Chicago-based band Whitney’s fourth show in Madison proved to fans that their unique musical talent is here to stay. As someone who’s been a fan of theirs since the release of their 2016 album, Light Upon the Lake, I knew I had to finally see them at the Sylvee: the first stop on the tour for their sophomore album, Forever Turned Around.
Whitney’s performance last Friday was also their first with the Japanese, four-member female band, CHAI, as their opener. The pigtail-wearing, punk rock group elevated the crowd’s energy with their contagious smiles, laughs, and spirit. At one point during their set, I thought to myself, “Wow, I wish I could bottle that energy.” I wouldn’t have necessarily paired the pink-loving girl-band with the low-key, somewhat melancholic sounding Whitney, but the combination of the two actually proved to be complementary.
After CHAI waved their final good-byes, the crowd’s anticipatory energy for the main performers was palpable. Luckily, we didn’t have long to wait before the 7-member band took the stage, with drummer/singer Julien Ehrlich in the center. The lead singer, along with guitarist, Max Kakacek, greeted the crowd with a warm, familiar welcome.
Though it was the band’s first time performing at the Sylvee, the band members are no strangers to Madison and it felt as if the band was just a group of friends visiting to hang out for the weekend.
The band opened with a crowd-favorite “Polly,” from their first album, followed by another classic, “No Matter Where We Go.” After these first two, the energy shifted as they began to play music from Forever Turned Around — FTA — starting with the reflective “Giving Up.”
Ehrlich, Kakacek and their entourage played track after track from FTA before pressing pause to chat with the audience for a bit about their favorite places to eat and hang in Madison, as well as to mix in the instrumental “Rhododendron.”
A few songs later, the mood once again shifted as the group dedicated “Follow” to the loved ones they’ve lost, followed by a couple more somber pieces. The crowd couldn’t get too emotional, though, because the group picked up the pace at just the right time with their cover of “Magnets” and “Day n Night.”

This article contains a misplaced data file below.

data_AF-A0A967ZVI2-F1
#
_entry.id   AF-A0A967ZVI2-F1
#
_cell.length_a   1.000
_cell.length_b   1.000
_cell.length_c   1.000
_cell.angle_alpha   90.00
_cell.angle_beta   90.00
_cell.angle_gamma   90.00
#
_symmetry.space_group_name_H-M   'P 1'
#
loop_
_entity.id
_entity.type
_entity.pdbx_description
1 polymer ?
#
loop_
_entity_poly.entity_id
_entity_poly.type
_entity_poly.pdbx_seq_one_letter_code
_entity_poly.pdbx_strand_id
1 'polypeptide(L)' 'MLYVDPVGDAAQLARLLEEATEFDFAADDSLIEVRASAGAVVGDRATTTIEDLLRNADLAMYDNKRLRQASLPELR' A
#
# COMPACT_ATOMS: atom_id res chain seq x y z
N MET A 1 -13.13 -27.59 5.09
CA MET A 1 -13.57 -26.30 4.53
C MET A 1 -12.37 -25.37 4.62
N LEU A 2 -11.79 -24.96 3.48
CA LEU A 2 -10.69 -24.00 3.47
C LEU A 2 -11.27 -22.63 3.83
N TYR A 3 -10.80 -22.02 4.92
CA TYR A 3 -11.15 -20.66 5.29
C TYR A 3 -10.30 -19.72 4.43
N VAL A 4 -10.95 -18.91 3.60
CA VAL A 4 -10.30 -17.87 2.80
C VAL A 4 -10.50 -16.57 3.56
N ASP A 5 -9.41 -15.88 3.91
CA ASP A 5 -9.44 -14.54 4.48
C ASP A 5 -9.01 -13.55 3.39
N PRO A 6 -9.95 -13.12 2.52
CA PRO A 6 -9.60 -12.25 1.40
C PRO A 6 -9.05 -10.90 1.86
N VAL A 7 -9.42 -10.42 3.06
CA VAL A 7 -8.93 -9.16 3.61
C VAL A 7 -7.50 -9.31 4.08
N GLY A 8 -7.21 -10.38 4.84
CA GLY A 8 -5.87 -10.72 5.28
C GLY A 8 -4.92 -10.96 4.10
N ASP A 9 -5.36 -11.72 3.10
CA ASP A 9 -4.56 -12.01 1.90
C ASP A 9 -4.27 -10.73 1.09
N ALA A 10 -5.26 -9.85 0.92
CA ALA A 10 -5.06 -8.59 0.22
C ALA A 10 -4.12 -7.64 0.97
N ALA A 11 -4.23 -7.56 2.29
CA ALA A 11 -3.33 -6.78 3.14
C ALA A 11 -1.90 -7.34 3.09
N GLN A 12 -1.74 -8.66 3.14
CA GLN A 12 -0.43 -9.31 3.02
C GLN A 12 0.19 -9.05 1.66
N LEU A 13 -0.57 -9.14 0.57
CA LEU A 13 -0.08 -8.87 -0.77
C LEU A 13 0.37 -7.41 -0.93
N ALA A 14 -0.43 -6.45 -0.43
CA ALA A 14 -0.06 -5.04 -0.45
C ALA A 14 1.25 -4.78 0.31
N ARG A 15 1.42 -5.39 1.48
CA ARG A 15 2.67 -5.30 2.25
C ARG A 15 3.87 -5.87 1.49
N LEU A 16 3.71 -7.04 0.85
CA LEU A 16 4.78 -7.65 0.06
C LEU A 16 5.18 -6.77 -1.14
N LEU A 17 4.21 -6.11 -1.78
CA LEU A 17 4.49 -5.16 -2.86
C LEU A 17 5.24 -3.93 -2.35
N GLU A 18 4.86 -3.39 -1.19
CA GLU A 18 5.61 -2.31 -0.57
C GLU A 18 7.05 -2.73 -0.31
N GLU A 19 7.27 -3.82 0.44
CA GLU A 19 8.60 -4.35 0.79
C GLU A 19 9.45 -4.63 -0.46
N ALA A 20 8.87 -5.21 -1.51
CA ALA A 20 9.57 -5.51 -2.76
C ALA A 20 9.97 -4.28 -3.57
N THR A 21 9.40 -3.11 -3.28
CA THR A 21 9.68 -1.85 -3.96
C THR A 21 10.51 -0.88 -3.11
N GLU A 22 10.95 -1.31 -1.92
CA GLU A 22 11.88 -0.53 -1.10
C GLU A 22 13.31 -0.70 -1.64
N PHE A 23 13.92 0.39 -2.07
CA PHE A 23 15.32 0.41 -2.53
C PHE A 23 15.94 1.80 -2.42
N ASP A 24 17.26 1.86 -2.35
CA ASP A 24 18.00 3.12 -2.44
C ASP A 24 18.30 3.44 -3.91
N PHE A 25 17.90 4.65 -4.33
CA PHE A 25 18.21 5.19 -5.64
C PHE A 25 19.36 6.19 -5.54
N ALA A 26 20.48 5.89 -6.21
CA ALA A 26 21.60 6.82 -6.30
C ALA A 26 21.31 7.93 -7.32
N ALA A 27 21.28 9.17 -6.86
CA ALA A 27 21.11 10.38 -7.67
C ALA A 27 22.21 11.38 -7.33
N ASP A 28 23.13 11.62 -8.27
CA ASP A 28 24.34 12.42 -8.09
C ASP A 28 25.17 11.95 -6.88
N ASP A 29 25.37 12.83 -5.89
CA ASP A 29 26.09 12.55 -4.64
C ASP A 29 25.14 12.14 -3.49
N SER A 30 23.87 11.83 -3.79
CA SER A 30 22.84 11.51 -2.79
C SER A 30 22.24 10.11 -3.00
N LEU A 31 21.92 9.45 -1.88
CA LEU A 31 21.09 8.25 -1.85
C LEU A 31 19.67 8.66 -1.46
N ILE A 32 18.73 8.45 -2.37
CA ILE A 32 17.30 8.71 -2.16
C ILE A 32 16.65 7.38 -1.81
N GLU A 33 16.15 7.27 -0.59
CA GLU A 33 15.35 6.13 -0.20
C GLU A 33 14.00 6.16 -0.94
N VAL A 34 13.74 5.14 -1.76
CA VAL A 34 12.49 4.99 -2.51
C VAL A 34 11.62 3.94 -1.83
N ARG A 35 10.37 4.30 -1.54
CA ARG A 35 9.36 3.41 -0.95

Their short and sweet songs made the first 45 minutes of the concert feel more like 10. After this first chunk of their performance, Ehrlich nonchalantly admitted, “Yeah so we’re going to play two more songs then take like a minute break then play like four more songs. Got it? So yeah that’s what’s gonna happen. Cool.”
I thought the laid-back honesty about the trajectory of the performance was a refreshing change from the “fake last song” charade that too many performers do before the encore.
These last four songs proved to be my favorite part of the whole night. The first song they played after their brief beer break, “Used To Be Lonely,” sent everyone in the room swaying in camaraderie. I predicted that “No Woman” would be their closing song, being one of their most well-known. To my surprise, Ehrlich sang “I left drinking on the city train…” after the encore’s second song. I realized that this meant the new song, “Valleys,” would be their last song, and couldn’t wait to hear them perform it live. Continuing with the theme of the night, their final song exceeded my expectations. I got chills as they played their final chords to an eruption of cheers.
All in all, Whitney’s chill, modern-day orchestra performance set the bar pretty high for the 2020 list of Sylvee performers. If you were unable to make the snowy trek to the east side on Friday to see them play, I highly recommend trying to catch them at another tour location. Plus, if they stay true to their track record like I hope, it won’t be too long before they turn around and come back to Madison for another night of great music.